Please explain how it allows other violators to get off scott-free.

To me it seems that America is the one getting off scott-free while other countries who are willing to ratify have to "cripple" their economies.


Oh no, not the fucking Kyoto Protocol again. Here's the skinny on the Kyoto Protocol :

1) China, who contributes approximately 22% (and RAPIDLY rising) of the world's polution was exempt, because it was deemed "unfair" to an upcoming industrial nation that it should have to obey 'strict' laws on polution.
Apparently nipping their polution in the ass before it begins wasn't a good idea, let's let them build the largest dirty industrial conglomeration in the history of the world, so we can all breathe THEIR dirty shit.

2) The US didn't sign the Kyoto protocol for a few reasons. One, which all you lefties always seem to conveniently ignore in your pathetic quest to blame Bush for everything, is that THE SENATE VOTED 93-0 AGAINST RATIFYING THE KYOTO PROTOCOL.
How the fuck is that Bush's fault?
Two, the cost for the US adhering to the stipulations of the Kyoto Protocol would have been staggering. While it was hard to exactly calculate the increase in energy bills for the average american, research estimated it anywhere between 40-several hundred percent.
FORTY PERCENT. Now, you can all sit there and bitch saying that "blablabla, fucking America, fucking Bush, making the world a dirty place blablabla", but the simple fact of the matter is that NO GOVERNMENT would ever agree to a measure that increases cost of energy for its people by forty percent. Europe wouldn't do something like that either.
And it's funny. When I still lived in Holland, there was a governmental initiative called "Green Power". For an extra five dollars a month, you could chose to have your power needs generated in "clean" power. (think wind energy, solar energy, etc.)
Obviously, it's not that that power is going straight to your house, but if you used, say, 500KW one month, then the energy company would have generated 500KW of its total power output in clean power. (and obviously, the more people that did this, the more clean power would be generated).

FIVE DOLLARS A MONTH is all it cost. Do you know how many people eventually signed up for it? Virtually zero. (well, ok, several hundred thousand did, but still).
Why? Because nobody wanted to pay extra for something as "stupid" as clean power.
These were, ofcourse, the same people who INCESSANTLY bitched at the US when the US refused to sign the Kyoto Protocol.
Three, there apparently was a stipulation that if the world's polution was to actually RISE, America, being the largest polutor, would have to pay a hefty fine. Just the US. Nobody else. (This is hearsay, I never actually verified this myself, so if it's not true, then my apologies.)

3) The Kyoto Protocol is the poster child of "fair weather politics". In other words, it's politicians all sitting together, talking about how they're making the world a better place so that the sheep / voters at home think they're doing a good job, when in fact they do fuck all.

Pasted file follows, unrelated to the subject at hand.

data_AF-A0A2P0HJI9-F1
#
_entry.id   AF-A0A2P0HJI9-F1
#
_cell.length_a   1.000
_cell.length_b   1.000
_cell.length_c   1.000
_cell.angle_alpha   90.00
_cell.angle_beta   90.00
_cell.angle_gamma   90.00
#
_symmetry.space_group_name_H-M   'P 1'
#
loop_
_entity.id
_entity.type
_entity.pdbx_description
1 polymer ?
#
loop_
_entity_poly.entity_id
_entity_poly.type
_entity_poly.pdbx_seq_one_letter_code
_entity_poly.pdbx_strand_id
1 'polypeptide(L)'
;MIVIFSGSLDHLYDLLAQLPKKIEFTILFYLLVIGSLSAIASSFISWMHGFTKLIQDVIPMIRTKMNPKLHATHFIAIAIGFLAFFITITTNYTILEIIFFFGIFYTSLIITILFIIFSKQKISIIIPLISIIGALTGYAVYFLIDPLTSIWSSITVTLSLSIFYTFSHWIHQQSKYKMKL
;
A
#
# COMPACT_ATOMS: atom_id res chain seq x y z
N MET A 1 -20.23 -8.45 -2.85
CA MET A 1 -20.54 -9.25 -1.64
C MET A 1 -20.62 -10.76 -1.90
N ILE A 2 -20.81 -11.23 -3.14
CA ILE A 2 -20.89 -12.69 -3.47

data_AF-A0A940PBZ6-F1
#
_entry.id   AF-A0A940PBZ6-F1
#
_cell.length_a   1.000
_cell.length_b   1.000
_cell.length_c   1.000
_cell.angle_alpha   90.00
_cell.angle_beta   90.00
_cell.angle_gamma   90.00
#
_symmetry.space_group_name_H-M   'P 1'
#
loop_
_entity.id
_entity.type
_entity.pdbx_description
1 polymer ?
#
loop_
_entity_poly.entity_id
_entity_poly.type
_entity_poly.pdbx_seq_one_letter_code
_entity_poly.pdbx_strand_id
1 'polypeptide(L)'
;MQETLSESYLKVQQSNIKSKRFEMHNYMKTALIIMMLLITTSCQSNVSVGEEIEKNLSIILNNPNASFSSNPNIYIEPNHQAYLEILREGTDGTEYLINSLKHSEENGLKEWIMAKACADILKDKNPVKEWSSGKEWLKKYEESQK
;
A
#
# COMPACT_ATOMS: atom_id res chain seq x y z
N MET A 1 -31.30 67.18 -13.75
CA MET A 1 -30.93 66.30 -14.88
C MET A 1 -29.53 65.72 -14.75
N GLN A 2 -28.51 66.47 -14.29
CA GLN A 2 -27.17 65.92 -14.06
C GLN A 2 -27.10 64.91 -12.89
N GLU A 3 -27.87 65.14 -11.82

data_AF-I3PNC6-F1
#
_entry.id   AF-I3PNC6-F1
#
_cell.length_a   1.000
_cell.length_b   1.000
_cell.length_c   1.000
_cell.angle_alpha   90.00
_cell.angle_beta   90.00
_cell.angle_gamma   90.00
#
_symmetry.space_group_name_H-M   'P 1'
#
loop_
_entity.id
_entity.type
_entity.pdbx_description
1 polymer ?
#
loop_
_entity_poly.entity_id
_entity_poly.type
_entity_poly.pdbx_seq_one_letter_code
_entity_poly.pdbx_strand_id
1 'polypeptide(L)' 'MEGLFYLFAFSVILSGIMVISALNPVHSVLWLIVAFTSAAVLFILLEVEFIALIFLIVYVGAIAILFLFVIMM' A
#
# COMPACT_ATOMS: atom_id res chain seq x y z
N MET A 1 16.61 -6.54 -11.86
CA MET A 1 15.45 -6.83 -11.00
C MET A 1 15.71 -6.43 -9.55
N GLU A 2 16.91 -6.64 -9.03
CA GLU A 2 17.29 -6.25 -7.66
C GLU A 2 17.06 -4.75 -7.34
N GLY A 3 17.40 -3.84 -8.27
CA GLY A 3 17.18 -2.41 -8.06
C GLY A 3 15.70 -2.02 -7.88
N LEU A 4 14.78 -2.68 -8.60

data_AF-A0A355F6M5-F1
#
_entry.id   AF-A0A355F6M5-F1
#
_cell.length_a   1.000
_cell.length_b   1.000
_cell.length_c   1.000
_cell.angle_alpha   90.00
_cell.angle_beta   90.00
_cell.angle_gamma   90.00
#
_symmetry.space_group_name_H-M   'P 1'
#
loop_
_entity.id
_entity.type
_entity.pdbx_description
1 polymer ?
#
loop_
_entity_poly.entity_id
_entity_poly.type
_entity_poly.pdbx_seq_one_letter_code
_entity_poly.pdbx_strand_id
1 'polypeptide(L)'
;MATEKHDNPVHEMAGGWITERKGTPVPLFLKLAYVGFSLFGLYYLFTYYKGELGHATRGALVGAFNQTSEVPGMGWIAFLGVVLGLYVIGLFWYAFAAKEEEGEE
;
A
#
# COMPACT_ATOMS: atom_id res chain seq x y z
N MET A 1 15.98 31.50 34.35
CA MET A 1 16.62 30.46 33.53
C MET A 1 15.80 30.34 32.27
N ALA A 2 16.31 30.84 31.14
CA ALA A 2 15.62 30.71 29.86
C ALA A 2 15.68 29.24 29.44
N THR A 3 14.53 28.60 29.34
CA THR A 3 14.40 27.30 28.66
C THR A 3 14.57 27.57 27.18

The 'penalty' for not attaining the target set by the Kyoto Protocol is a joke.
For example, country A must diminish its polution in 2012 by 70% compared to 1990 levels. Sounds good, right?
Right.
If the country doesn't make that goal, do you know what the penalty is? That they have to diminish polution even more by the next deadline (2020, IIRC). So instead of having to go, say, 75% by 2020, they'd now have to go 80%.
That's it. That's the penalty. You can see how countries are REALLY worried about not making their goal.

And finally, countries are actually attaining their goals already. You know how? By shifting polution. How do you do that, you ask? Simple.

Holland (again as an example, since I still lived there when the Kyoto Protocol was a hot topic) generated, say, 800.000 units of polution in generating 8.000.000 MW of energy. The Kyoto Protocol stipulated that Holland needed to be at 600.000 units of polution in 2012.
So what did Holland do? They lowered their energy generation to 6.000.000 MW.

Oh no, wait, they didn't. They bought three generating plants in Romania, and generated 2.000.000 MW of power there. Thus, the generating need in Holland went down to 6.000.000, and their polution went down to the required 600.000.
Romania was under it's "allowance" for polution, and could thus generate MORE polution without facing consequences.

THAT, in a nutshell, is the Kyoto Protocol, and how countries are 'adhering' to it. So please, get off your fucking moral high horse, and stop flaunting it as your proof how the US is so EEEVVIILLLL, because it's all just fucking bullshit.

Btw, I happen to work for a power company (AEP), and studies done by the whatever Department that Energy falls under have shown that the air in the US has gotten a lot cleaner because of cleaning up efforts in most major power plants. This was an internal report, not sure if that was ever released to the public or not. I'll see if I can still find a copy of it at work tomorrow, I'll be happy to send it to anyone who's interested.

The US wants fresh air same as everyone else. It just feels that we shouldn't be the ones paying for everyone else's fresh air. Just because the US didn't sign the useless Kyoto Protocol doesn't mean that the US isn't tackling polution in its own way.

Next.

Creston


 
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127. Re: ALCS Oct 21, 2004, 01:31 Propagandhi
 
I totally disagree with you on the firing of Joe Torre. There's no way the Yankees make it through this season/into the playoffs without using their bullpen the way he used it. You saw what happened when anyone but the three amigos gets the ball, 8 runs are scored before the Yankee's even have a chance.